A Child’s Wisdom

I tell you the truth, anyone who will not receive the kingdom of God like a little child will never enter it. (Luke 18:17)

Wouldn’t it be great to view the burdens of this world through the innocent eyes of a child every now and then? Sometimes a vastly complex problem can be successfully addressed with a childlike solution.

While cruising around town the other day with my very curious five year old in the backseat, I indulged myself in a little afternoon NPR. I try to be open and honest with my son, but he’s much too young to be exposed to the ugliest ways in which human beings treat each other. So I was banking on him not paying much attention to the gentle tones of a high-brow dialogue on race relations wafting through the vehicle. Of course, as any parent knows, that is when you can most count on a child to tune in.

“Mommy, what is racism?”

Oh, OK. This is going to be one of those moments. One where your mind races through all of the possible answers, seeking the one that will result in a wonderful teaching moment, and discarding those which might spiral into a confusing pit of unsatisfied curiosity. My experience is that short sentences and simple wording are generally the key, so I took my best shot. “It’s when people are mean to each other because of the color of their skin. That’s really stupid, isn’t it?”

Now, Tyler’s best friend is African-American, but we’ve never really discussed race before.  To him, the color of your skin is no different than hair color, and I have revelled in that innocent perspective.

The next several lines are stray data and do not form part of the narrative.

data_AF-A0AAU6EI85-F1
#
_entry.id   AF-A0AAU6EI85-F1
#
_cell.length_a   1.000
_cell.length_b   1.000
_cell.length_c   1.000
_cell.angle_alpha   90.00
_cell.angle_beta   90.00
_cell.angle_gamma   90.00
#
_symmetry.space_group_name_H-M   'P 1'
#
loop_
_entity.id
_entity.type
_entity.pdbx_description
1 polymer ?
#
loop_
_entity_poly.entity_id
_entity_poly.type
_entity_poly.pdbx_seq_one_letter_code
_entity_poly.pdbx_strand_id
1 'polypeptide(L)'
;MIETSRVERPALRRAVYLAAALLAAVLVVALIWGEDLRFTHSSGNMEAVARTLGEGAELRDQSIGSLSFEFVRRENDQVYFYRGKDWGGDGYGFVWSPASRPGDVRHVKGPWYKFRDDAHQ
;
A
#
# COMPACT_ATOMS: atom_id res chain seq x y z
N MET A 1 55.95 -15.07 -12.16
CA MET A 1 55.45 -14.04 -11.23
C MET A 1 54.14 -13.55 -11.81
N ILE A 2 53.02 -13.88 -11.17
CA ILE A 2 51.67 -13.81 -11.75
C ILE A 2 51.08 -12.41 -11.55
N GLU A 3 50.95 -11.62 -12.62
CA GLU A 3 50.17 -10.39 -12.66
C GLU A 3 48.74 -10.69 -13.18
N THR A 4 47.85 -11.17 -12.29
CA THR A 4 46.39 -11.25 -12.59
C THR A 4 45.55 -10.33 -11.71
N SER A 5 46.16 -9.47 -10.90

I wasn’t sure if anything was clicking, so I continued “There are lots of different colors of skin. Can you think of anyone you know who has a different skin color?”

He gave it some thought, but he didn’t get there.

“What about brown skin? Do we know anyone with brown skin?”

A light bulb went off. “Oh yeah! Donovan!” he replied enthusiastically.

“We’ll never be mean to anyone because they’re different from us, will we?”

He agreed emphatically, and after a quiet, reflective moment had passed, he got excited again. “Oh Mommy, I know how we can stop people from being mean because of their skin color! We can TEACH THEM ABOUT GOD!”

One of those moments, indeed. Never before have my eyes so instantly brimmed with tears. I was touched not only by my sweet little boy and his big heart for God, but for the beauty in his revelation. In response to all of the hatred and division that is gripping our country right now, most of us tend to wring our hands and wonder, “What can be done? What will happen?” I myself have felt helplessness and anxiety at the state or our nation. Yet the truth Tyler so aptly revealed is simple, but mighty: teach your neighbor about God, and He will take care of the rest.

In most parenting moments, I’m the teacher, but in the most poignant lessons, I find myself the student.

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